Which could also be the middle name of the originator - especially if his Polish surname was beyond anglicization, so to speak.
I only know one famous example of this - Józef Konrad Korzeniowski became Joseph Conrad to English readers - but perhaps the phenomenon is more widespread (it certainly is with noms de plume for actors, writers and musicians).
@Polonius3, this is your department - thoughts?
It's a toss-up. One never knwos what went through the heads of name-changers, whether someone put them up to it or what.
I knew pf an Aleksiejczuk from Podlasie, one of whose sonds in America whose sons changed it to Alecks and anotehr to Aleks.
If we assume the name-changer hovered round the original root to create Alexander, then it could have orignally been Aleksandrowicz, Aleksandrowski, Aleksandrzak, Aleksandrów, Aleksy, Aleksiak, Oleksy, Oleksiak, Sendrowicz and maybe even Nowak, Kowalski, Piekarczyk or Stasiak. Whimsical changes unrelated to the orignal surname were not uncommon. Someone the immigrant admired may have been named Alexander Caldwell and he thought his Christian name woiuld make a good surname.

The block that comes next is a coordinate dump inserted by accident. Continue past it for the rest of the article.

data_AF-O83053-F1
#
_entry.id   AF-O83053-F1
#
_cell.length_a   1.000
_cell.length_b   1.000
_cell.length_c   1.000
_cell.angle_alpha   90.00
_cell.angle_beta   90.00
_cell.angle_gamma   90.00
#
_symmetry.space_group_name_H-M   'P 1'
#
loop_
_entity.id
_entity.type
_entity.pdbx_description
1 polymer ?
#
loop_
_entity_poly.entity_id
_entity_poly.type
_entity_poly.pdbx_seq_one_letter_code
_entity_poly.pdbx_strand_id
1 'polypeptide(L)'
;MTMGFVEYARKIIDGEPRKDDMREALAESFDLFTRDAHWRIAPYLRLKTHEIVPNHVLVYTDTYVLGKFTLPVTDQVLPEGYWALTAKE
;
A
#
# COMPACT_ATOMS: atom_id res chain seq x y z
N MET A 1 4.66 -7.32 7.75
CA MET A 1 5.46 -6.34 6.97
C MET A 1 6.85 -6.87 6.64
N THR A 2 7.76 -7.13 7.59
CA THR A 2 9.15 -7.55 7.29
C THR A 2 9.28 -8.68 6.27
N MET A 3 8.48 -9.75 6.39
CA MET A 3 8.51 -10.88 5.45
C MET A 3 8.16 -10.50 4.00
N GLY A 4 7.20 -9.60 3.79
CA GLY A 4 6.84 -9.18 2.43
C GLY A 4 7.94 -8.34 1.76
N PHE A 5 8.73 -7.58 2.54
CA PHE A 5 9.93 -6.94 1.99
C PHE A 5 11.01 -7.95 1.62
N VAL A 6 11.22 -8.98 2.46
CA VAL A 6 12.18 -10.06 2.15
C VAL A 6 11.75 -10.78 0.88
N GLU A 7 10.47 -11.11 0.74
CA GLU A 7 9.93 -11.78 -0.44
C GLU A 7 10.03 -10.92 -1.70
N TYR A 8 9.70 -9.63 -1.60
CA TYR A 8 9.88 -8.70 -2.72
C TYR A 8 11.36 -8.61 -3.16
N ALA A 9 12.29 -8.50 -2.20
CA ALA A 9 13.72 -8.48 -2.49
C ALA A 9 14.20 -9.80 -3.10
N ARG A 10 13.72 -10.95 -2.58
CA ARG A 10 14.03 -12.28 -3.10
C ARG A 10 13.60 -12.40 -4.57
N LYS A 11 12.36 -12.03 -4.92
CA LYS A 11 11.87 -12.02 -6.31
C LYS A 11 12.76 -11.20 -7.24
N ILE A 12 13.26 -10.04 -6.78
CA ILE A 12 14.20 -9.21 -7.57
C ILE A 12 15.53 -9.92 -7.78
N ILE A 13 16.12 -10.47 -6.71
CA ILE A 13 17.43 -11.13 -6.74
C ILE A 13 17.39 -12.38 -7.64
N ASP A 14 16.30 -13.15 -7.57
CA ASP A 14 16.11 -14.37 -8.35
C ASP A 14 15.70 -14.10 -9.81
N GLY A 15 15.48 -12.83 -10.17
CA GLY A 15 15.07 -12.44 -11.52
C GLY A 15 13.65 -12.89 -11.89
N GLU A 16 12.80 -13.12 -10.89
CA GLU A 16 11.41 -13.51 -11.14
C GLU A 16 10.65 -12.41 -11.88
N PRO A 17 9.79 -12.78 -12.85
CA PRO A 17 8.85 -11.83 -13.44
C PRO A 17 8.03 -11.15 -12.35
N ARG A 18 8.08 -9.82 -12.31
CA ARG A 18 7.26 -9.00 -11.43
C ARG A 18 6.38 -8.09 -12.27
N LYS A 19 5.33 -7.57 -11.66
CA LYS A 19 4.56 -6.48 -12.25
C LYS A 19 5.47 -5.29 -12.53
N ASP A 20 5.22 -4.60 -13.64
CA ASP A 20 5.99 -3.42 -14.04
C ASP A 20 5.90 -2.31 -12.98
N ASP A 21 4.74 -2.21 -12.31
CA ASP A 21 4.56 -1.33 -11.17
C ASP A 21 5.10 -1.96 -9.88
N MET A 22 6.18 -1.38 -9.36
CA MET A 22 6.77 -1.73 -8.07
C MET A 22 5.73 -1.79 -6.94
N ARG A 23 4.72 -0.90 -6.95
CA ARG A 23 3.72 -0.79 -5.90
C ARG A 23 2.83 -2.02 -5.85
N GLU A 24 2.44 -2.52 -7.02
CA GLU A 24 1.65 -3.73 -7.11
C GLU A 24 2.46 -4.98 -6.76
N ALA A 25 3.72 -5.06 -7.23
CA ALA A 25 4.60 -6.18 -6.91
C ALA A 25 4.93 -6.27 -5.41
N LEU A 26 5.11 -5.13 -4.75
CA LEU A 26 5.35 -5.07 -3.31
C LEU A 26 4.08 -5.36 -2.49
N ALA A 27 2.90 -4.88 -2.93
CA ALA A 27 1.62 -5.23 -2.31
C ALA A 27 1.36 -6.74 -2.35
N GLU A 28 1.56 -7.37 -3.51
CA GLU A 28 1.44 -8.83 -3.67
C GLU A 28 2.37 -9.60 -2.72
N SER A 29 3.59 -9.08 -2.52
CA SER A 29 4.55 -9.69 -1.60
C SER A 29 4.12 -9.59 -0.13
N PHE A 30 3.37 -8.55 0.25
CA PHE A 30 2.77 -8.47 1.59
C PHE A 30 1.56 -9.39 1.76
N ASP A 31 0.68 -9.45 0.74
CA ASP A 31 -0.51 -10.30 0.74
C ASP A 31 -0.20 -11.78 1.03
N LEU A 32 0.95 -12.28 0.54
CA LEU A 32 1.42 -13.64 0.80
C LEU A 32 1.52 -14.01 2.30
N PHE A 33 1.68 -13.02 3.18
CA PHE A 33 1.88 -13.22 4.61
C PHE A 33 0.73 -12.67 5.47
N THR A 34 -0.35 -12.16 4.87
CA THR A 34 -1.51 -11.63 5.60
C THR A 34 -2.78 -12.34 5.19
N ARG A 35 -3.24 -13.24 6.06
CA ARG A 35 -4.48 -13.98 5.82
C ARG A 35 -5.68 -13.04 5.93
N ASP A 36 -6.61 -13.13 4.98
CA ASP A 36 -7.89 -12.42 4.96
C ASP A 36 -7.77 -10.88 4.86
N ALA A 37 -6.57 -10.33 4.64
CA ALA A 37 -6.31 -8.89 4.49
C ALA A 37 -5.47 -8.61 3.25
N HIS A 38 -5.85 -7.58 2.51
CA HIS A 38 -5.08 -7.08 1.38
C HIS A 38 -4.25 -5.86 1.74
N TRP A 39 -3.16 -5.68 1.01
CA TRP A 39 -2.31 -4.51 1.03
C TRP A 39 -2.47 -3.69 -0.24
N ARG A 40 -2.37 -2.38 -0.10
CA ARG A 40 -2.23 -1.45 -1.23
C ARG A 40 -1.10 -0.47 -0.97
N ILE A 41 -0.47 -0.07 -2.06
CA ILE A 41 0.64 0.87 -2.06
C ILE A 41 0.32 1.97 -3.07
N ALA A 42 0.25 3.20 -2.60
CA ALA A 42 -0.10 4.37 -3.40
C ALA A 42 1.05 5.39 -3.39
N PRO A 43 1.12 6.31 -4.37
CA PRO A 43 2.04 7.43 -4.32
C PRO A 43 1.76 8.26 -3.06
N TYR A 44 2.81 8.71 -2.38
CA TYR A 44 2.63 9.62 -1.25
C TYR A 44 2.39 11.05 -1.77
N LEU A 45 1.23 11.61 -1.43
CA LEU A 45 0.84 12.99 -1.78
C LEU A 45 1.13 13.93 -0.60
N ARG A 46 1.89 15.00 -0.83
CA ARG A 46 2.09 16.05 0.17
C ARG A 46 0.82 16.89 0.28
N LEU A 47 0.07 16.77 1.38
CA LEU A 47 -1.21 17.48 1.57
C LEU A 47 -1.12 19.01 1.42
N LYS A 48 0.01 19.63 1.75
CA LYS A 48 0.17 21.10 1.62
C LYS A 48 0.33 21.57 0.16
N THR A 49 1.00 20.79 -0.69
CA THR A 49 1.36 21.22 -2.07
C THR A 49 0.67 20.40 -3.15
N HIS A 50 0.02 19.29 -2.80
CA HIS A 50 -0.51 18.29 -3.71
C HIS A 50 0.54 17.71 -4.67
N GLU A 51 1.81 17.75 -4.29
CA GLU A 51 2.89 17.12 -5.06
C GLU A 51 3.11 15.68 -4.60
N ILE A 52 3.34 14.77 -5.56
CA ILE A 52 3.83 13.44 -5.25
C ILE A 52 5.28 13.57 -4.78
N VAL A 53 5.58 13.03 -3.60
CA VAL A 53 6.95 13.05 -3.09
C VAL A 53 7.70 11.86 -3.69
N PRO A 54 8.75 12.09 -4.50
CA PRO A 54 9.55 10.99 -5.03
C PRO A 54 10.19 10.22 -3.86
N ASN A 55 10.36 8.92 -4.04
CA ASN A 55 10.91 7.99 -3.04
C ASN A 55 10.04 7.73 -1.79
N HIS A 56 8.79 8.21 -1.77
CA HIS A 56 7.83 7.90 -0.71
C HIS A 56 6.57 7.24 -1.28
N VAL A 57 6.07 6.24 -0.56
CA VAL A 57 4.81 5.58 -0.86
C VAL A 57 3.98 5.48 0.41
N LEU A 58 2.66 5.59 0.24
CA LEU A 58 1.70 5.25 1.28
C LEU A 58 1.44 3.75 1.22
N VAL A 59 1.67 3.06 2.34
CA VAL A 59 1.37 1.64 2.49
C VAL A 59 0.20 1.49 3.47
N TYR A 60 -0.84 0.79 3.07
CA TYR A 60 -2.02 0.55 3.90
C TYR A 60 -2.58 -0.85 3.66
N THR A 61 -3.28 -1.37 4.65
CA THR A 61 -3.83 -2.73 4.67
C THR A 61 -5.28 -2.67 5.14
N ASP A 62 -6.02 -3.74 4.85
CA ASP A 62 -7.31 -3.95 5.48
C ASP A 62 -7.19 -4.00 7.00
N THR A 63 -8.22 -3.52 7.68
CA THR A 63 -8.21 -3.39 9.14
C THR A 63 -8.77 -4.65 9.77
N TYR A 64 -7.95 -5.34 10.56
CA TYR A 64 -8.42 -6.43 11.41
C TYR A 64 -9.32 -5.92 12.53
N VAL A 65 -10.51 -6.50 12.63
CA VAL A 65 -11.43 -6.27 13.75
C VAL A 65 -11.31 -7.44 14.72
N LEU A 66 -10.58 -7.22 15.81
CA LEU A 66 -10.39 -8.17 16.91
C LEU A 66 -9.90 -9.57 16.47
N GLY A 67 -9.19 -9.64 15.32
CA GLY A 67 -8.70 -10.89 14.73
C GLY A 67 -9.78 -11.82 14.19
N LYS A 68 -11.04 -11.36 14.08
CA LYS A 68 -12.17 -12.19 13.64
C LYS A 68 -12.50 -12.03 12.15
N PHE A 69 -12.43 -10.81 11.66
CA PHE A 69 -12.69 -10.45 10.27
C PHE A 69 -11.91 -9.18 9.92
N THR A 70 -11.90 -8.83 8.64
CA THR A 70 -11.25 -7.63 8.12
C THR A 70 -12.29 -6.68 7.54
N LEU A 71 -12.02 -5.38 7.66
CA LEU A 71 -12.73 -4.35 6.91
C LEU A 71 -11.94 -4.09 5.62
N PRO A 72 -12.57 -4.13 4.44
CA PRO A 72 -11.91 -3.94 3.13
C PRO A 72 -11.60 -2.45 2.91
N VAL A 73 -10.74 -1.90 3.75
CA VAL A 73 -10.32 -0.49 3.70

All this is guesswork unless you caaeither find some Old World documents for your ancestor or talk to the oldest surviving relative or family friend who might know something.
BTW more than 800 people in Poland use the Aleksander surname.ł